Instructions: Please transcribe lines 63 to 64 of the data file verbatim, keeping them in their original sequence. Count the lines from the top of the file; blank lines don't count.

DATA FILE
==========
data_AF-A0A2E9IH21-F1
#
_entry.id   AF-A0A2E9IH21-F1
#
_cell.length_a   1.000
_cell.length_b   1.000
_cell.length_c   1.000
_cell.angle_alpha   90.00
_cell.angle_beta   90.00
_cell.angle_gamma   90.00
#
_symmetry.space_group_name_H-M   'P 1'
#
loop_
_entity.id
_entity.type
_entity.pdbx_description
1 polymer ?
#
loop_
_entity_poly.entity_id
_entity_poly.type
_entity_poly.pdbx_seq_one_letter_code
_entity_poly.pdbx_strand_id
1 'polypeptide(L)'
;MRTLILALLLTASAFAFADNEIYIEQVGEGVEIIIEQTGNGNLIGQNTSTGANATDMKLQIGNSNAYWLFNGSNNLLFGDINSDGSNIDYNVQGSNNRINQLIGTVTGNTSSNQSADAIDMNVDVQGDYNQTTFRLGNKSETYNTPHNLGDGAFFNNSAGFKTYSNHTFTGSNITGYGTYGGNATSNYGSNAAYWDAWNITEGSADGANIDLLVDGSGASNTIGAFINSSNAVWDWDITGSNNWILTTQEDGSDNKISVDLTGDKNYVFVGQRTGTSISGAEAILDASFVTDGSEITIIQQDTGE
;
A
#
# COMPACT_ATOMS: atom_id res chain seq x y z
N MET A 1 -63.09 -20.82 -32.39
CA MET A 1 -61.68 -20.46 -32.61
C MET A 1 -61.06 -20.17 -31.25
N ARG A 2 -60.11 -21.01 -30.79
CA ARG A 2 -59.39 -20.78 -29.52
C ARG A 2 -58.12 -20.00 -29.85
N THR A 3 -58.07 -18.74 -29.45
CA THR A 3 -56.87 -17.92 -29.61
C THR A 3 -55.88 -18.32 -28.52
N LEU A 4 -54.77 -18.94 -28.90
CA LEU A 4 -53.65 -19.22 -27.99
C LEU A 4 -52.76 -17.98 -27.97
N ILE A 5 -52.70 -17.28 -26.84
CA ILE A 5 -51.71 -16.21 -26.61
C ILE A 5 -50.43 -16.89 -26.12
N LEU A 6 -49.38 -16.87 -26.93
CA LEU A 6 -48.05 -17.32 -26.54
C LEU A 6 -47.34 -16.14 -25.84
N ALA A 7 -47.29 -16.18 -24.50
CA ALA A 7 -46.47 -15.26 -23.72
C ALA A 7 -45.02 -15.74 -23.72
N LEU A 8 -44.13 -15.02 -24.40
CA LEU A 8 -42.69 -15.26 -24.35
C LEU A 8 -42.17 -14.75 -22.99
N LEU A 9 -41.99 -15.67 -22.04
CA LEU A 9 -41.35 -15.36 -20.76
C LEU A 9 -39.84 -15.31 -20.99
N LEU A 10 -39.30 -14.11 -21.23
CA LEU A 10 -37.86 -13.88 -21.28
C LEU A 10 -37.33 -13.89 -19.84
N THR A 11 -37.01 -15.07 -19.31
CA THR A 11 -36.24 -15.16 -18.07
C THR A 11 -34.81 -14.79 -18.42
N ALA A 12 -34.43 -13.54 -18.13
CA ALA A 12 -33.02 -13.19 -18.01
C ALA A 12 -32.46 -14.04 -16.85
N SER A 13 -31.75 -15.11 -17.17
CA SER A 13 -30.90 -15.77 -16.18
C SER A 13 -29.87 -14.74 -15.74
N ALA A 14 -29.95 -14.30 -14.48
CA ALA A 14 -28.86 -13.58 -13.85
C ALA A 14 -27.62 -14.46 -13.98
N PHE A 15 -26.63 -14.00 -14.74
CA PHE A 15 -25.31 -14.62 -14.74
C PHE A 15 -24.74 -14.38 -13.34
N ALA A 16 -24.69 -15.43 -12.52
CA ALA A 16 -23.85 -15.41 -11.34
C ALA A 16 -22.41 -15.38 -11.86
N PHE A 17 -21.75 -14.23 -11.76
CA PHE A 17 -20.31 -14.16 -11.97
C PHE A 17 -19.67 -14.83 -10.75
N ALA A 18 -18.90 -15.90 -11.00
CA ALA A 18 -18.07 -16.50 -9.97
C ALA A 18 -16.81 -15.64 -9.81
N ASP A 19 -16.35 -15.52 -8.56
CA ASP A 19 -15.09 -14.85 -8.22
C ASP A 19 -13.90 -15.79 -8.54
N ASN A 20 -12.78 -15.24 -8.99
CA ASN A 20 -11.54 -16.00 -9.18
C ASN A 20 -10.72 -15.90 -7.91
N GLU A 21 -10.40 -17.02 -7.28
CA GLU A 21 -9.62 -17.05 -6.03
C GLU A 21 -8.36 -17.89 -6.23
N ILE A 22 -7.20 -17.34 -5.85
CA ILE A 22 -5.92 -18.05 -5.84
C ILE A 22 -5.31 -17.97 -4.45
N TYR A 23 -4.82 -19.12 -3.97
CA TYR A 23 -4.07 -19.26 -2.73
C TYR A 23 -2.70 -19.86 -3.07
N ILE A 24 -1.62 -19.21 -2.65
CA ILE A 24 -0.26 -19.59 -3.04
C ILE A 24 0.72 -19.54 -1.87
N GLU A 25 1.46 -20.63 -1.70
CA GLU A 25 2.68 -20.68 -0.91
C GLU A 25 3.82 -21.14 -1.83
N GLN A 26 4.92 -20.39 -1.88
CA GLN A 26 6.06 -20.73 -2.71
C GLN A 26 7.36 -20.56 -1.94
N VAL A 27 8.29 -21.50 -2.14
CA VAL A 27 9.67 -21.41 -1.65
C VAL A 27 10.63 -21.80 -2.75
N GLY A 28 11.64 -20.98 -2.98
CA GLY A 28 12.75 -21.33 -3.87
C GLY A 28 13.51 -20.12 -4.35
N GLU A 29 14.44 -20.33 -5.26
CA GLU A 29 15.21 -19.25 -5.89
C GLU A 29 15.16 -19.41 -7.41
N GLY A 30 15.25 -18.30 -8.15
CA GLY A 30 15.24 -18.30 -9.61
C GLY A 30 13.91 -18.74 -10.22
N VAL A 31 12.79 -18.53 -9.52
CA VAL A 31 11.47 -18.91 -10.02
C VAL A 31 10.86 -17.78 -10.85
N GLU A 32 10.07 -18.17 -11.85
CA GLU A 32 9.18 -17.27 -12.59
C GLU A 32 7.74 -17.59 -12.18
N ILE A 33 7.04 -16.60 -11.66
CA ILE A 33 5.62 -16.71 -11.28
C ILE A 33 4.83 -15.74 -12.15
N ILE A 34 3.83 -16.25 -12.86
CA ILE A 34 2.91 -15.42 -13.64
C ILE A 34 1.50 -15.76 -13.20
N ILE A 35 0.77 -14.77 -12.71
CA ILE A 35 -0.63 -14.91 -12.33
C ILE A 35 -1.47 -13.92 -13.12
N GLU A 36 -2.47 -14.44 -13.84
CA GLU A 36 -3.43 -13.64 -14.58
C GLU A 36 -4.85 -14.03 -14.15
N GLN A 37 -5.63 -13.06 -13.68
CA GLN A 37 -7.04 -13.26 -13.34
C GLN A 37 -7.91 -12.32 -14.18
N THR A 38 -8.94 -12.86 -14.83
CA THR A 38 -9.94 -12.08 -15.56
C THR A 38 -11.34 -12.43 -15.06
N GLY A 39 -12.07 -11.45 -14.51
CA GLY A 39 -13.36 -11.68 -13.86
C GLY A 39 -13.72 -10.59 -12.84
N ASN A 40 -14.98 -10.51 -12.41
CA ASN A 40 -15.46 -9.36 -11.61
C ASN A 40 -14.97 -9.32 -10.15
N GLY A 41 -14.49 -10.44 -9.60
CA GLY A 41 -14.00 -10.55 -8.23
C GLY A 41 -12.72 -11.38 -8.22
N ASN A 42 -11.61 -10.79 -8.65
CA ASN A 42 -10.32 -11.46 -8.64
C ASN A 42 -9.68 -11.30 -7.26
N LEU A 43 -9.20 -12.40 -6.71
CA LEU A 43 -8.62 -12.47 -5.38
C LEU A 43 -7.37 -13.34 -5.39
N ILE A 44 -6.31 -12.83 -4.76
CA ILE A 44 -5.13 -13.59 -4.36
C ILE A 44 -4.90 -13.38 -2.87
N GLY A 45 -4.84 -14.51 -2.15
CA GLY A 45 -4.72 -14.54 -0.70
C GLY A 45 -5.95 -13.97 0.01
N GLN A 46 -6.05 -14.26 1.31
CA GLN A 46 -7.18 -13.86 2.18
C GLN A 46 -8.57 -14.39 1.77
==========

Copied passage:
C THR A 11 -34.81 -14.79 -18.42
N ALA A 12 -34.43 -13.54 -18.13